What keeps someone mentally sharp into their 70s, 80s, 90s and beyond? Researchers at Northwestern University School of Medicine are seeking to find out in an ongoing series of studies of what keeps people cognitively healthy into very old age.
In their latest study, they report that people who remain free of serious memory and thinking problems in old age seem to be resistant to the formation of tau, a distorted protein that builds up in the brains of those with Alzheimer’s disease, forming telltale, spaghetti-like tangles that might choke off healthy neurons. Tau is also one of the top two hallmarks of the disease, the other being a component called beta amyloid that clumps together to form amyloid brain plaques. People who grow old free of memory problems seem to have far less tau buildup than their memory-impaired peers.
Scientists who study Alzheimer’s disease have long observed that tau-filled cells first emerge in a part of the brain called the entorhinal cortex, a sliver of tissue in the center of the brain that is critical for forming memories. As Alzheimer’s progresses, tau spreads through other areas of the brain, leading to worsening problems with thinking and memory.
In the current study, published in the journal Cerebral Cortex, researchers found that men and women older who remained mentally intact into old age — a group that the research team called cognitive SuperAgers — had three-fold fewer tangles in the brain than their peers who were aging normally.
“Individuals with significant memory impairment due to Alzheimer’s disease showed nearly 100 times more tangles in the entorhinal cortex compared to Super Agers,” said lead study author Tamar Gefen, an assistant professor of psychiatry and behavioral sciences at Northwestern. “There is a strong relationship between tau-tangles and memory loss, and these findings in a unique SuperAging cohort could guide research in a new direction.”
“The results suggest resistance to age-related tau degeneration in the cortex may be one factor contributing to preserved memory in SuperAgers,” Dr. Gefen said.
The Northwestern researchers define “Super Agers” as people in their 80s and older who maintain memory skills typical of someone 20 to 30 years younger. They have been studying these individuals for more than a decade, performing annual tests of thinking and memory skills.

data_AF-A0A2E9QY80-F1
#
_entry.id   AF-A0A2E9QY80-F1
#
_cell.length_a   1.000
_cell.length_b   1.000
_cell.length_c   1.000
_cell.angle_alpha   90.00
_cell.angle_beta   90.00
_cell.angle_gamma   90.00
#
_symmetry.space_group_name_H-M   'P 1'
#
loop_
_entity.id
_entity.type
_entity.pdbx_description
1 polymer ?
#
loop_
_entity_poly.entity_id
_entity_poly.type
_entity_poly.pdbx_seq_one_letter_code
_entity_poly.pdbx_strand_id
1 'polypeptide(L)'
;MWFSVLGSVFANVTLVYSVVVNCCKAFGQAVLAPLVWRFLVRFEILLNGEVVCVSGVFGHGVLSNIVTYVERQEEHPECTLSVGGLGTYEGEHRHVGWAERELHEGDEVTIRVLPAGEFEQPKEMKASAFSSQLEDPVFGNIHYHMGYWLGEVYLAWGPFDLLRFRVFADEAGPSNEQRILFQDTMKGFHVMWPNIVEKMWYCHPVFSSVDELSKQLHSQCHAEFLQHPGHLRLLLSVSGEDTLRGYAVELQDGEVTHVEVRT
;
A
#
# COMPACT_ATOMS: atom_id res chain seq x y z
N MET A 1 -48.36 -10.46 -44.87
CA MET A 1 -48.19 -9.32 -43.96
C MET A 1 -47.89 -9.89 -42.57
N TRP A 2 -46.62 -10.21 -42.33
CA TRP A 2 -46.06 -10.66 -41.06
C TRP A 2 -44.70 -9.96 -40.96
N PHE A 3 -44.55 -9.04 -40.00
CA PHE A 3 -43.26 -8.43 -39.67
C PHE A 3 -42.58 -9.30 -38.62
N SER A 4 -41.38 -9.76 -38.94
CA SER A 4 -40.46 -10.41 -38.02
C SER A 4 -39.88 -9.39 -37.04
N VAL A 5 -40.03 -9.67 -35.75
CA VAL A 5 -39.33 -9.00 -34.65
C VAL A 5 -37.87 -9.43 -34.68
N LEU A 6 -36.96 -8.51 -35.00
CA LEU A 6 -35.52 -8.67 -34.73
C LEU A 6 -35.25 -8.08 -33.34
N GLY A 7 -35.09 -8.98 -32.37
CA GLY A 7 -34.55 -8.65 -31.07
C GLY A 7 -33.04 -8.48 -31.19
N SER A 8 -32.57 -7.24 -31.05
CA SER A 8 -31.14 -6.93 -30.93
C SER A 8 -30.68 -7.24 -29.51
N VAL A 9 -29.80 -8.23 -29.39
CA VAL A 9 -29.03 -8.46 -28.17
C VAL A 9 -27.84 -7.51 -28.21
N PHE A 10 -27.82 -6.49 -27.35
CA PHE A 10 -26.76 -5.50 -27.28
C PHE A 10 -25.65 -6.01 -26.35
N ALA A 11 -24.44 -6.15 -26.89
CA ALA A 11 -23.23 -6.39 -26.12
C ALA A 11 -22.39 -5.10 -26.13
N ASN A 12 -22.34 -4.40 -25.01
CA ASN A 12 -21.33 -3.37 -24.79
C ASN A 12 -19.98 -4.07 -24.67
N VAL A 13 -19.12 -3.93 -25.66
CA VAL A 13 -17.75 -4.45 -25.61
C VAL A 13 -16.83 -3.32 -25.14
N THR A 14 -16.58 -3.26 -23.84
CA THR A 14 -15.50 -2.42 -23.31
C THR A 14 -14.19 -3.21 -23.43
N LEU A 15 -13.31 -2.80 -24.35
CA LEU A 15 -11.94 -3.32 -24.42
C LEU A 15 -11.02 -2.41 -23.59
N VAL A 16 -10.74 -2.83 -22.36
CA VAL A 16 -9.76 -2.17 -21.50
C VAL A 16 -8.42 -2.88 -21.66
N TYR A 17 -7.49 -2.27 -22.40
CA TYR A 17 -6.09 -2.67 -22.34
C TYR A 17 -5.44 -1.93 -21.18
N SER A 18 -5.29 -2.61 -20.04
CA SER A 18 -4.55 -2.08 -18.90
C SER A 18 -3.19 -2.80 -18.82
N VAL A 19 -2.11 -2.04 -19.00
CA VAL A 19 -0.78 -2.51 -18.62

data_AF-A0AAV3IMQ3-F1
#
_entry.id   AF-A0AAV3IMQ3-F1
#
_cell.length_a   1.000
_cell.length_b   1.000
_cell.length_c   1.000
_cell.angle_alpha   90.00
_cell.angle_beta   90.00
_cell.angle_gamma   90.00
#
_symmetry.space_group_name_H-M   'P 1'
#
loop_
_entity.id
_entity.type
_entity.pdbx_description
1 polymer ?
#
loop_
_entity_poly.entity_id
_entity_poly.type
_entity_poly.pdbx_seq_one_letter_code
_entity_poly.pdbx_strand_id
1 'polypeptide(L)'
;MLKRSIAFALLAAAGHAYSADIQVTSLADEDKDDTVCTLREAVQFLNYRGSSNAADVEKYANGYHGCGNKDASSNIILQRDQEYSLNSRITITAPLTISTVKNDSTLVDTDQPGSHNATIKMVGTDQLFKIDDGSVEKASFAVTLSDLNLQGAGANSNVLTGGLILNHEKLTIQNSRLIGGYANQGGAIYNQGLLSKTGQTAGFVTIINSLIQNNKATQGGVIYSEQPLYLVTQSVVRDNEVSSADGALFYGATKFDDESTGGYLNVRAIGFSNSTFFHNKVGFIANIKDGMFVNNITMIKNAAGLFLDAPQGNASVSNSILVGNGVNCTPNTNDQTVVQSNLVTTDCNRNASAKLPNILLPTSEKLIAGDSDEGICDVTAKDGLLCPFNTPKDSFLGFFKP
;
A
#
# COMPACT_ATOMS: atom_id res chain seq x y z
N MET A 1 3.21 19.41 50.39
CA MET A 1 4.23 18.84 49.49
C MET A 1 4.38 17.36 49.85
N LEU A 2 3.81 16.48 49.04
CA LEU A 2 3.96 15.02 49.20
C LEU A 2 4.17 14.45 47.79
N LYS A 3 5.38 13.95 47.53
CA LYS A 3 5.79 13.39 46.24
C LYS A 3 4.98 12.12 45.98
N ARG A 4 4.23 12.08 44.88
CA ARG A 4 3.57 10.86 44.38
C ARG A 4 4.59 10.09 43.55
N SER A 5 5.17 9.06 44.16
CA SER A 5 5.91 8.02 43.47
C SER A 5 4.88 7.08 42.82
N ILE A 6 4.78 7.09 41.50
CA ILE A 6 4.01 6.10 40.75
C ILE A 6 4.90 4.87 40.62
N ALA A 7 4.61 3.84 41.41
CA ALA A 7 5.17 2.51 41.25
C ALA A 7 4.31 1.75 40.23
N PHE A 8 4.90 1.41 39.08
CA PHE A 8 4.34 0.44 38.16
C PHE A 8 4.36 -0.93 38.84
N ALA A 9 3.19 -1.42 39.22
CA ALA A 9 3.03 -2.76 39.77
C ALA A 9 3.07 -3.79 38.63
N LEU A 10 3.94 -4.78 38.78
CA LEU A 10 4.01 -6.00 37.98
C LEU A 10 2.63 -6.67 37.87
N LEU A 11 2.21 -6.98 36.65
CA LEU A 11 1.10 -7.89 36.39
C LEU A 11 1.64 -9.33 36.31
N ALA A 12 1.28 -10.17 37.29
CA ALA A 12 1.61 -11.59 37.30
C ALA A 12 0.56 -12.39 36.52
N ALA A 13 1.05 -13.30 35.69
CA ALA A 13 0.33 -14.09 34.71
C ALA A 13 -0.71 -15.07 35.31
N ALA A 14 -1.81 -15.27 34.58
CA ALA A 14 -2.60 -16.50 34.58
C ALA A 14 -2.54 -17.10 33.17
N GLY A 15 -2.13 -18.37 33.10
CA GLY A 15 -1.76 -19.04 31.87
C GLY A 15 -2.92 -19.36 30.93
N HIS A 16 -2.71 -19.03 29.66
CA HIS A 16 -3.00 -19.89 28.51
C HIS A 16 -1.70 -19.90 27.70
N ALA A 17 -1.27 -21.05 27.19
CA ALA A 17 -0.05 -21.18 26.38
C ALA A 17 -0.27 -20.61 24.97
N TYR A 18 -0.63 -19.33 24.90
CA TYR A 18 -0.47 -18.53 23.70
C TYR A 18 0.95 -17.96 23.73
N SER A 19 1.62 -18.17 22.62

Those in the long-running study also undergo regular brain scans to look for signs of tau tangles and beta-amyloid. While tangles and plaques are hallmarks of Alzheimer’s disease, many older people with normal thinking and memory skills have some in their brains as well.
While this study found far fewer tangles in the brains of Super Agers compared to those who were aging normally, there was no significant difference in the numbers of beta-amyloid plaques. “Many investigators have long thought that amyloid plaques are drivers of memory loss, which isn’t what we found”,
Dr. Gefen said.
The researchers plan follow-up studies to learn more about why brain cells become vulnerable to tangles in the first place, and why people who remain mentally young remain protected from tangle buildup.
Other research from the group has found that Super Agers seem to maintain strong social and family ties and active engagement in work, hobbies and cognitively stimulating activities, all of which have been linked to a reduced risk for Alzheimer’s disease.
By ALZinfo.org, The Alzheimer’s Information Site. Reviewed by Marc Flajolet, Ph.D., Fisher Center for Alzheimer’s Research Foundation at The Rockefeller University.
Source: “Paucity of Entorhinal Cortex Pathology of the Alzheimer’s Type in SuperAgers with Superior Memory Performance,” Cerebral Cortex, Feb. 17.